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One or two brood boxes..? Melbourne, Victoria, Australia


#1

Hi guys, looking for some advice again please… I’m from Melbourne Australia and about to go on a two month honeymoon… my first brood box is almost full and I’m just about to add the flow frames before I go and hoping they will be full by the time I’m back…

Just wanted to see if anyone has advice on my climate, if I’ll need a second brood box before I put my flow frames on…? Or if I leave my flow frames full and just take off the queen excluder over winter, will that be enough honey for them to survive…?

Or if I add the flow frames and then later decide that I might need to add a second brood box… is that possible when the flow frames are already on…?


Adding a 2nd Brood Box, Kansas City, USA
#2

Put your super on and find a local beek to check on your hive while you’re gone. 2months is a long time to leave them unchecked coming into spring and summer…even in Melbourne’s weather :wink:


#3

Oh…and don’t let your queen anywhere near your flowframes…


#4

Paul,

First … Congrats ! :tada:… I’m from up North near Seattle … Not sure about the two month during this active season without someone bee sitting ! Does your area run double deep boxes there. Being gone that long I’d add just a deep …and have someone you trust check-in … Never hurts to have an extra super of honey … Then they can add the QE n Flow-hive if your honey super gets stuff. Otherwise you’d have to have someone try to try n harvest your first honey harvest n you’d miss out on this first ! That’s just my take on one thot !

Now enjoy the time, your honeymoon n let the bees be bees…

That’s just my take n 2 cents worth,
Gerald


#5

Thanks heaps everyone. I think I’ve made my decision… but still open for suggestions…

I’m going to add my flow super this week, as I figure it’s best not to add new brood frames without suerpvision, just incase they bugger them Up and I won’t be there to fix them… hopefully they won’t swarm in that time I’m away… and when I get back… if I need to… I’ll add another brood box then… or just hope I won’t need to add one this season, just so I can add it next season to prevent them from swarming…

Hoping everyone can give me some advice, if that’s not the best thing to do… ?


#6

I’m with Gerald. Add a deep and if someone could check in on them that’d be great.
Now forget about the bees and I wish you and the lady a very relaxing honeymoon!


#7

I have once added a brood box and gone away for 6 weeks, but… :blush:

I added the box underneath the almost full box, and each frame in the second box had foundation of some sort (no foundationless frames). Nothing bad happened except for some bridge comb on the hive walls - it didn’t create much disturbance to clear that up. I would never choose to do that, and I would never recommend it, but if you think your bees may run out of space or swarm, adding a brood box underneath the existing one is a good option.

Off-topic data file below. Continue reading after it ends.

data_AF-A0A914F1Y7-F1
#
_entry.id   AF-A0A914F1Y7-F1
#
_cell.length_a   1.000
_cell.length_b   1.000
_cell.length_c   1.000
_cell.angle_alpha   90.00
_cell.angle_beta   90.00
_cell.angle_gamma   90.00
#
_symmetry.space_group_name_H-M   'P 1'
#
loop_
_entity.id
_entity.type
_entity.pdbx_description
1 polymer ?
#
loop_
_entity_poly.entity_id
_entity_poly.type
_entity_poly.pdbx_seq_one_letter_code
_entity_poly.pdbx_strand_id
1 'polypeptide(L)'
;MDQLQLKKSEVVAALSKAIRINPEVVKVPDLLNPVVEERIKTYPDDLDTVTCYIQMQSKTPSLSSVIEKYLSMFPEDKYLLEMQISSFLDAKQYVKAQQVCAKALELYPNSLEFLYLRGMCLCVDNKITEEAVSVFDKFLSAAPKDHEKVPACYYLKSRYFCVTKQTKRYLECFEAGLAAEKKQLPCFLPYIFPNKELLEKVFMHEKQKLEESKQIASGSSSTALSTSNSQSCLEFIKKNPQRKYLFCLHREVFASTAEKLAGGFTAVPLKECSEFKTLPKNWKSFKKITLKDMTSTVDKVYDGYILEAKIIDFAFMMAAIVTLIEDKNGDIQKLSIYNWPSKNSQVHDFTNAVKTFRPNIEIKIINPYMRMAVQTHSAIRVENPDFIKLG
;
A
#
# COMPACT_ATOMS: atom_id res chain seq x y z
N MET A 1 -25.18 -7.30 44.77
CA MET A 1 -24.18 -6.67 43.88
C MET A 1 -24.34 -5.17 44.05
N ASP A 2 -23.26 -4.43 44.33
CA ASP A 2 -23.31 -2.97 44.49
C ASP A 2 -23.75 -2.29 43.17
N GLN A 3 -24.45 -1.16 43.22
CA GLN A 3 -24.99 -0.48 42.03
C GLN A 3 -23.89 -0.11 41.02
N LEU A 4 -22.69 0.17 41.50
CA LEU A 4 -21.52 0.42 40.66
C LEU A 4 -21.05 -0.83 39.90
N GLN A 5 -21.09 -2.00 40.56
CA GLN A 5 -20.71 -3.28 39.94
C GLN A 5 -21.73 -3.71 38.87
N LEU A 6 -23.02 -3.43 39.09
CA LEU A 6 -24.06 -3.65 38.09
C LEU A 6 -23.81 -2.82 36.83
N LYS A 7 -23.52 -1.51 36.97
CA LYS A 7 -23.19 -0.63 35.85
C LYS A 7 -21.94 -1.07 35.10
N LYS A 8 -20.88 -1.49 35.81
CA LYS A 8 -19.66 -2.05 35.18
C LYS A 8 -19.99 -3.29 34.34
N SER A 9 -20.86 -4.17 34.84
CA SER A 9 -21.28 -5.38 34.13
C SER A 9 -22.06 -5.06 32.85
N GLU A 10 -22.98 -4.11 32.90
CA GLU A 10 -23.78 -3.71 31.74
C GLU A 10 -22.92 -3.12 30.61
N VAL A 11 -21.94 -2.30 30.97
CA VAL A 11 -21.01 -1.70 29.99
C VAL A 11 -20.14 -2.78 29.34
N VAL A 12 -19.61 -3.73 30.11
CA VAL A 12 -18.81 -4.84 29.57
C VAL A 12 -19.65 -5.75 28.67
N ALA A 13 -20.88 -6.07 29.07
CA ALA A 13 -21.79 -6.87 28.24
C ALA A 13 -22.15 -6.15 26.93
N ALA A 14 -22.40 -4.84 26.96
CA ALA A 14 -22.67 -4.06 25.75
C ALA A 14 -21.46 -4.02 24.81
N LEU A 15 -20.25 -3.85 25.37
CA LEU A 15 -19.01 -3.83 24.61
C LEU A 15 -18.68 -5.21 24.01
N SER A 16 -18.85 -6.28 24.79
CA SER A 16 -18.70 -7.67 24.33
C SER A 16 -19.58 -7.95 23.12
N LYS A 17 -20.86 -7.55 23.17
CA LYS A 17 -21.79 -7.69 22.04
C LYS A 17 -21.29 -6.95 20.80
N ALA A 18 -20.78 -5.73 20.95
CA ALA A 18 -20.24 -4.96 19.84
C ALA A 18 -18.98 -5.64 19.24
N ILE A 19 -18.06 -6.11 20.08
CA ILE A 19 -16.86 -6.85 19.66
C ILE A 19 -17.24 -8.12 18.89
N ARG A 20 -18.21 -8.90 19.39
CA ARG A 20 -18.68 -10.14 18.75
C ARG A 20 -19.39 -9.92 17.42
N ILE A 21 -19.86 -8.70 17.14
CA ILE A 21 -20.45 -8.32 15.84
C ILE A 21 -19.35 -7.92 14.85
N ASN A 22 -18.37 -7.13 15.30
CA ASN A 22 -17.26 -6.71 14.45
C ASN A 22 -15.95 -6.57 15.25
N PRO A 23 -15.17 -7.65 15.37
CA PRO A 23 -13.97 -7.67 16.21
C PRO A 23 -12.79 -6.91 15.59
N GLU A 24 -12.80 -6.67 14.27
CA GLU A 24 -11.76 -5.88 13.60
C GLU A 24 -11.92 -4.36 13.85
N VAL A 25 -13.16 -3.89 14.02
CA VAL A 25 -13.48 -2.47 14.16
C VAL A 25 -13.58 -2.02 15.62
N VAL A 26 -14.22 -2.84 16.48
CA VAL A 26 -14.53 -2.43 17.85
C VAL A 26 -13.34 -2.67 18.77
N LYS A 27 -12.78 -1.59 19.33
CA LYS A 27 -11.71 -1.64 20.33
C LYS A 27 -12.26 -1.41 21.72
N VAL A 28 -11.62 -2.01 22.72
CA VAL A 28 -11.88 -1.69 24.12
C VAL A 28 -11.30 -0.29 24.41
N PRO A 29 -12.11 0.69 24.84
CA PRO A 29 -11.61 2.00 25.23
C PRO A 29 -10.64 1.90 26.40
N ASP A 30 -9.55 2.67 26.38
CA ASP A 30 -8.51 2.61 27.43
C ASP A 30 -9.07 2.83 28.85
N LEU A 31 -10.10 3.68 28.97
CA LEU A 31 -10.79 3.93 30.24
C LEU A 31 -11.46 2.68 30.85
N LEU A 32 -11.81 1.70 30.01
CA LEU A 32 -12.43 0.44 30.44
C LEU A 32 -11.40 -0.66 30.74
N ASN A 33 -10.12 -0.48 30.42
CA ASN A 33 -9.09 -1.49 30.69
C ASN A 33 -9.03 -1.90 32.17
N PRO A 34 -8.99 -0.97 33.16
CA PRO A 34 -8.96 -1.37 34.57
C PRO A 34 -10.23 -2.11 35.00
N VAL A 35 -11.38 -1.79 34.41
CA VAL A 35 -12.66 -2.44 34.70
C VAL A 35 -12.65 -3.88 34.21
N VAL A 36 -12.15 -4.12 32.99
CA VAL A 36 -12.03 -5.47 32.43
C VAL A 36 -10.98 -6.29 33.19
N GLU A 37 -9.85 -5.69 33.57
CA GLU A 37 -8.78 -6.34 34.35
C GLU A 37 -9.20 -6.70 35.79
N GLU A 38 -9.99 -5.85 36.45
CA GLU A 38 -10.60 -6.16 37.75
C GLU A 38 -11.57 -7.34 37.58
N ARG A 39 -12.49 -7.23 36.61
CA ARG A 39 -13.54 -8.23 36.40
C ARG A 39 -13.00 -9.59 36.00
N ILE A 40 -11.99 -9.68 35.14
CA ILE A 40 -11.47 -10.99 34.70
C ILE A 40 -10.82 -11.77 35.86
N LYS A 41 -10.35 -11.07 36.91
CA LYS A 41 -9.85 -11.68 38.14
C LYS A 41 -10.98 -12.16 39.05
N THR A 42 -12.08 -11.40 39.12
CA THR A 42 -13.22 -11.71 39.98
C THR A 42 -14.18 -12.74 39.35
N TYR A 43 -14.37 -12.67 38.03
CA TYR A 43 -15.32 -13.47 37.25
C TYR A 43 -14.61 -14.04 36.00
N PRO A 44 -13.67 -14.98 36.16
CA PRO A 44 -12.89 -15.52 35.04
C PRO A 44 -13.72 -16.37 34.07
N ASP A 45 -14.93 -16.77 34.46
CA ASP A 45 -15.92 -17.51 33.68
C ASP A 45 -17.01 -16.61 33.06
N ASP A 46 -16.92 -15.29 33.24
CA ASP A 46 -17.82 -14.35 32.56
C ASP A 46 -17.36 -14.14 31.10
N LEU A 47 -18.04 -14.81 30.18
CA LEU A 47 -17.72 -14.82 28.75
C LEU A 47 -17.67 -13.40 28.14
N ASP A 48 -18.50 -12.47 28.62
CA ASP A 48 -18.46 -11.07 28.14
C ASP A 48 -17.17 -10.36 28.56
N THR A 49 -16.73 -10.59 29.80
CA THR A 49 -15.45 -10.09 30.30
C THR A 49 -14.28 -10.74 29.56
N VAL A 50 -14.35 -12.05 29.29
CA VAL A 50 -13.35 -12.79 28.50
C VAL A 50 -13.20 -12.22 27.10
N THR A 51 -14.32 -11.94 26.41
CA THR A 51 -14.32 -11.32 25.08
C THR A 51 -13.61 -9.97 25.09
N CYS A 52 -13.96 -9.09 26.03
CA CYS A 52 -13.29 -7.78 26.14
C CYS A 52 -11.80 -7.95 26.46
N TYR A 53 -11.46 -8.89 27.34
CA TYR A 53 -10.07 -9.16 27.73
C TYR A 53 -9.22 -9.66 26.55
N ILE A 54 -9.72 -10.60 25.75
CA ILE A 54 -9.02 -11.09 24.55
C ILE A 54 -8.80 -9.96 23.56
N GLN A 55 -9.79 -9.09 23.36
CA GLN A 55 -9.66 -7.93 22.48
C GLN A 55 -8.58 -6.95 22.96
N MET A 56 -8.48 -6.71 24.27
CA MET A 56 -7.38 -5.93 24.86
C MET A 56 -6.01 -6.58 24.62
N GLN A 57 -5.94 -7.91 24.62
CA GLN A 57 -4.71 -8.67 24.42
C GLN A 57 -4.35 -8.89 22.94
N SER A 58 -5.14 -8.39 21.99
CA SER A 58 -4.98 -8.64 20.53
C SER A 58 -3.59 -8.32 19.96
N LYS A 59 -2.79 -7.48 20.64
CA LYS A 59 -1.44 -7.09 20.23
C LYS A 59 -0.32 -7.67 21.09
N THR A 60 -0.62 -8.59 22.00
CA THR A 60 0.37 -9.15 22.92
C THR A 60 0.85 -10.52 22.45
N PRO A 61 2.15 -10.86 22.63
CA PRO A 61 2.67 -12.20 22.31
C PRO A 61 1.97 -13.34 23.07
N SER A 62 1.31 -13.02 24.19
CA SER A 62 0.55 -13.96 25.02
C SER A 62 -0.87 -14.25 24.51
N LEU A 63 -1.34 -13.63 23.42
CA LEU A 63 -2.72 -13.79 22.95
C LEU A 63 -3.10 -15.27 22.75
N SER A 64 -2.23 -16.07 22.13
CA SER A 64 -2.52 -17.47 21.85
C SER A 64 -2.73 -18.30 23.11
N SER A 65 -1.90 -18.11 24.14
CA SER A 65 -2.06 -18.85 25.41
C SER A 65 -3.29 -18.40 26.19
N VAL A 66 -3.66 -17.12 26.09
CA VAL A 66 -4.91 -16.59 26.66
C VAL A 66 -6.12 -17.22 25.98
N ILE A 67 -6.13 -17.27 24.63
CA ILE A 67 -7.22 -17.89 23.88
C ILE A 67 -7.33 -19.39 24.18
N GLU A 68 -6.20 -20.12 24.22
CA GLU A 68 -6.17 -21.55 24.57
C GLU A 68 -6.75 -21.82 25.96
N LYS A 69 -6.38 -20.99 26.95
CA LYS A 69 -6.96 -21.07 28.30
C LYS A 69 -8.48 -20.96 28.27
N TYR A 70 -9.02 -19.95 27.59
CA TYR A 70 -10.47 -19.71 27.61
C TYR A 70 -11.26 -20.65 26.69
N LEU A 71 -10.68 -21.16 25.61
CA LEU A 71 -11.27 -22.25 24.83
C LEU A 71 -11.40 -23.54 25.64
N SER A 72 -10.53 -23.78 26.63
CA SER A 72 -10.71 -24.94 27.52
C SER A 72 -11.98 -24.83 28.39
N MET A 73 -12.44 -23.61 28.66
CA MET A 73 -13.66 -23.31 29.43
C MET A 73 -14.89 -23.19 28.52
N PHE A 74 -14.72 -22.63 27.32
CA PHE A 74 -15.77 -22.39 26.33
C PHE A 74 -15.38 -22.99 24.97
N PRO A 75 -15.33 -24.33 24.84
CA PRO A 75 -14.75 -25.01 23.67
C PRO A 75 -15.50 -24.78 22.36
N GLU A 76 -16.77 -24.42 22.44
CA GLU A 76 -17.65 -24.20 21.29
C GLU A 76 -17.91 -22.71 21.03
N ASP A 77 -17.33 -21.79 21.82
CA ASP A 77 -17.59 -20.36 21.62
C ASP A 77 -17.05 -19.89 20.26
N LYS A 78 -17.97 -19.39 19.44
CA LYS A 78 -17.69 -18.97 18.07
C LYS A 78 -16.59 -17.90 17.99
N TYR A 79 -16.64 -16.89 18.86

#8

G’day Paul, congratulations on the upcoming honeymoon.

I did a bit of thinking. A strategy you could adopt would be to open the brood up in the bottom box. Remove 4 frames & replace them with frames with fresh foundation in a checkerboard fashion. Put those 4 frames in the center of a second brood box flanked by 2 frames with fresh foundation on either side. Then put your QX on followed by the flow super. I think a strategy, something like that should keep the bees busy & not swarm for the next 2 months. You probably could keep the 4 frames of brood together in the bottom box as well.


#9

I’m in the very early stages of setting up a flow hive at a school (still in research phase). We’re in the western suburbs of Melbourne. I was wondering how many brood boxes people have here? Do additional brood boxes easily fit on to the Flow Hive 2?

Thanks for your help!


How many brood boxes do I need?
#10

The outside and inside dimension of all the flow hives match to a Langstroth box, a flow hive 6 matches an 8 frame langstroth and flow hive7 is a langstroth 10.
I will leave it to those closer to you to advise about the best brood box set up in your area and particular climate but generally if you winter temps drop below 5c at night that justifies a second brood box if the colony is strong, if it is a new(1st year hive) then possibly the hive does not have the numbers to keep a 2 brood box colony warm enough.
Welcome to the forum.
Regards


#11

Thanks for your help, Peter. As the students are putting bits and pieces together I’ll get them to make a second one and we’ll see whether we use it or not.


#12

There is much you can do with two hives rather than one, for example if one hive is weakened in bees you can transfer frames of brood from the strong hive. You can also do re-queening of a hive if the queen has failed for some reason, and of course you can compare the production of honey. Re-queening sounds daunting but there is a well trodden path to do it with confidence.
Cheers.


#13

You can also crush and strain comb from the second hive or cut honey comb if the budget doesn’t stretch to a second flow super at start up.